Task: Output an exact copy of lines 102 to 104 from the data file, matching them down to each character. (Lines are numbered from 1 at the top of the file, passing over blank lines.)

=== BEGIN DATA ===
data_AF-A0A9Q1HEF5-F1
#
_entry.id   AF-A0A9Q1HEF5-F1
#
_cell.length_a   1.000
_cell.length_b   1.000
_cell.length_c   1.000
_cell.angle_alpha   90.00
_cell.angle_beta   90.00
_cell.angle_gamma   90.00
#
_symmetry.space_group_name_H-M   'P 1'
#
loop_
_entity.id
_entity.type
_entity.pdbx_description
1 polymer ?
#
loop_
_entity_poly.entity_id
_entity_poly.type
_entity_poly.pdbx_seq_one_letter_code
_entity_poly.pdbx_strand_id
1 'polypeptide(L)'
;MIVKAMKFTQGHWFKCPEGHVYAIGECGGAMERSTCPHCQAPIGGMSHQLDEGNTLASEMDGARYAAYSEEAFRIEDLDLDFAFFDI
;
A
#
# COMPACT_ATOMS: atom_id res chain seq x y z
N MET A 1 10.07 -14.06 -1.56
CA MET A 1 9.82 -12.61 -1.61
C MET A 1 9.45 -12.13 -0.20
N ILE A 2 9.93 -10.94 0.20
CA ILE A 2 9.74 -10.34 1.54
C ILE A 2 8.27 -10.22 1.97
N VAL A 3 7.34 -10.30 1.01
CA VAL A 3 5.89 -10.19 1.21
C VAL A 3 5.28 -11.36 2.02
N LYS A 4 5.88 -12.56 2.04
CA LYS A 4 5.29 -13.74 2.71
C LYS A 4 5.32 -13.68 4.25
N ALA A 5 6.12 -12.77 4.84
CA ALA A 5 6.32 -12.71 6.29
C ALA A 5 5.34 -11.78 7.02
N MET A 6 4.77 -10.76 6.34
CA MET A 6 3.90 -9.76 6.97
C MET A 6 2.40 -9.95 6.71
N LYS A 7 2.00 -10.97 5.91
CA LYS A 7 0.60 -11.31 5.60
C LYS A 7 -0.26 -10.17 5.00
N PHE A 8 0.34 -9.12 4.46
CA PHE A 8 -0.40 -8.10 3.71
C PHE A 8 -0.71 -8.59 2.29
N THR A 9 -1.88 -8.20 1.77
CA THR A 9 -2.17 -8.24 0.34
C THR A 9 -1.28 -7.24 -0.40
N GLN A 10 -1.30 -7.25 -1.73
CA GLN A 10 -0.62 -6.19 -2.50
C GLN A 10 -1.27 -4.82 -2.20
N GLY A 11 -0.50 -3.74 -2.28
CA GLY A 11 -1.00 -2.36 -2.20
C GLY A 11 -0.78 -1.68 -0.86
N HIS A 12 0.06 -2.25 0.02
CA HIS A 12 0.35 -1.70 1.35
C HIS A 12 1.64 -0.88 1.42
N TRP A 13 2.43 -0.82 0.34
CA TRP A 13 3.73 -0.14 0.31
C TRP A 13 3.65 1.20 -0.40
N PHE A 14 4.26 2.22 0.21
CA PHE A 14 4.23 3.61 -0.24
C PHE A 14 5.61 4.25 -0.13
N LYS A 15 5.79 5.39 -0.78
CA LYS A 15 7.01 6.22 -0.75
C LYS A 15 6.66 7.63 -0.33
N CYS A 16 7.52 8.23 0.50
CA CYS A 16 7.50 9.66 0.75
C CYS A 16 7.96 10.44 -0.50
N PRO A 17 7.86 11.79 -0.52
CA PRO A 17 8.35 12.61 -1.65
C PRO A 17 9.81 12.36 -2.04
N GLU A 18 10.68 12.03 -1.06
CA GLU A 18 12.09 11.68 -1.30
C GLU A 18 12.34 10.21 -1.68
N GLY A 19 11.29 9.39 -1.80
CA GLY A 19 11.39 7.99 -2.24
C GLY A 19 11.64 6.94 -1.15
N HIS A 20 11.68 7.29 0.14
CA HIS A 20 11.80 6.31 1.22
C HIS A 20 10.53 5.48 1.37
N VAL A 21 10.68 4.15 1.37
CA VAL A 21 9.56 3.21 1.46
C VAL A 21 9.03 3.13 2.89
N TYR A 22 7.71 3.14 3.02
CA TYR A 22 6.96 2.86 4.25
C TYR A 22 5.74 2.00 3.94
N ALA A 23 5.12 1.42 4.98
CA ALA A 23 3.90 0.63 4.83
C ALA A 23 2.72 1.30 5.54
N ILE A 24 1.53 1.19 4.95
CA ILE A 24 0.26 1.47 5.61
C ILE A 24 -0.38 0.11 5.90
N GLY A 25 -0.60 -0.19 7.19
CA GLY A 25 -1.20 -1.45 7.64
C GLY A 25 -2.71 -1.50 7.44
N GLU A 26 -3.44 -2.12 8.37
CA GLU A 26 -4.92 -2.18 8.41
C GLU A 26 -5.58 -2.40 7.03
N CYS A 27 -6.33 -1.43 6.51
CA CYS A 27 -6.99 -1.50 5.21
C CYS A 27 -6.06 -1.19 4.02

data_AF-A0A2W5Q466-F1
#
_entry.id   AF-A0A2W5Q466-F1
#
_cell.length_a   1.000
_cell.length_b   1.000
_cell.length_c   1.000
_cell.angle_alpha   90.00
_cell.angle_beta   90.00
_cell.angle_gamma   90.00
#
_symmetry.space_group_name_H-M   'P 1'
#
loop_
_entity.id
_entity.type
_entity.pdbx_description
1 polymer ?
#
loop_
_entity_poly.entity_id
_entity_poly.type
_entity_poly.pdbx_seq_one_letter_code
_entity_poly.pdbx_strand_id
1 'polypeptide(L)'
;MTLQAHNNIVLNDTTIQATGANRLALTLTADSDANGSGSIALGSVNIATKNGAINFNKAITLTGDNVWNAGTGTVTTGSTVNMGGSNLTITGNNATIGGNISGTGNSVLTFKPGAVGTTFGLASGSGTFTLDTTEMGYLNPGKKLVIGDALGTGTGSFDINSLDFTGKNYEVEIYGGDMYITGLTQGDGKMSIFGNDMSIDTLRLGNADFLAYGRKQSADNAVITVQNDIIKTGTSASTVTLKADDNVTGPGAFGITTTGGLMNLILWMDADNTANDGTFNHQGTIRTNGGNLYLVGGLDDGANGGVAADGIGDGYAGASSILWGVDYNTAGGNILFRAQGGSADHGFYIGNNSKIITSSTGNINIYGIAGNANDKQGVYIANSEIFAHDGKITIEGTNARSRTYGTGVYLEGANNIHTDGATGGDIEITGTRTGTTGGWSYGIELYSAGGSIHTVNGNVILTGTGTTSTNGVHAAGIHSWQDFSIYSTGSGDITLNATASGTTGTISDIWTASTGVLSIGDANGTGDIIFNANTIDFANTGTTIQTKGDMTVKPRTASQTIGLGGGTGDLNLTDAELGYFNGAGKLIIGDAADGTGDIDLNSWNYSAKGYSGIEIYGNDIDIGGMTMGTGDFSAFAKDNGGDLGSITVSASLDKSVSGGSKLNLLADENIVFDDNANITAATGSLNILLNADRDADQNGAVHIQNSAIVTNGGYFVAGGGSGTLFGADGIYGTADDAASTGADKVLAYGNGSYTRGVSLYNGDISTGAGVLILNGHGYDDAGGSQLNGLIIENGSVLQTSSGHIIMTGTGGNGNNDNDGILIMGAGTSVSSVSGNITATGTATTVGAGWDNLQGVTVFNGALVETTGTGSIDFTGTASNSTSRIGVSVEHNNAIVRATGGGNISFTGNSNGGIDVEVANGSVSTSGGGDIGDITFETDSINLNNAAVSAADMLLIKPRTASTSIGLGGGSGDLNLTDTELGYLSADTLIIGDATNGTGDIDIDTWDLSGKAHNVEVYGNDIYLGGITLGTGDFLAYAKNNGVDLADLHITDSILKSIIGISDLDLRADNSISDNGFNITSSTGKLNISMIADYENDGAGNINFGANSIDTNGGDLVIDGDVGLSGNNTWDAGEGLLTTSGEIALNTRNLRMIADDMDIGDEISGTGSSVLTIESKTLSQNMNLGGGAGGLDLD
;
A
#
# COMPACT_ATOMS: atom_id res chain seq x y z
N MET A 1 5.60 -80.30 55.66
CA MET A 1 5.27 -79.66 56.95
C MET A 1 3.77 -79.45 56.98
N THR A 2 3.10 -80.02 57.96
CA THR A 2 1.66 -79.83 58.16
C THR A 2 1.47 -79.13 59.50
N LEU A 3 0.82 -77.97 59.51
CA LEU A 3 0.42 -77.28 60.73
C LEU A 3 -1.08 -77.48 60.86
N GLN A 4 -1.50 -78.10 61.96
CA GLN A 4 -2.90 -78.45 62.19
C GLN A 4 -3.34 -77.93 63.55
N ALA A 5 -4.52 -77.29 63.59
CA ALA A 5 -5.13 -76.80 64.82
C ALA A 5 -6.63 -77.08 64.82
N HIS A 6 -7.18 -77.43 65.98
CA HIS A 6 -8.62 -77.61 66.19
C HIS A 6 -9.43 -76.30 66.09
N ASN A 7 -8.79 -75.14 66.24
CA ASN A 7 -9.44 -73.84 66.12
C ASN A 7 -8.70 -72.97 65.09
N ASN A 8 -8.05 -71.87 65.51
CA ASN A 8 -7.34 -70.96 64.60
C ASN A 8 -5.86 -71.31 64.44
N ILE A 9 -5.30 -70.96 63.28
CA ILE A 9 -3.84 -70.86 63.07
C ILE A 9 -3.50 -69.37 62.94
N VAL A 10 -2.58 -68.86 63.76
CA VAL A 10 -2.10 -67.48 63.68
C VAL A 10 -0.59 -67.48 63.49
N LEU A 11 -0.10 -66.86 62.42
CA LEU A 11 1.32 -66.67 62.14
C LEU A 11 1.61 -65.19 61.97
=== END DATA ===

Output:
C ILE A 24 -0.38 0.11 5.90
N GLY A 25 -0.60 -0.19 7.19
CA GLY A 25 -1.20 -1.45 7.64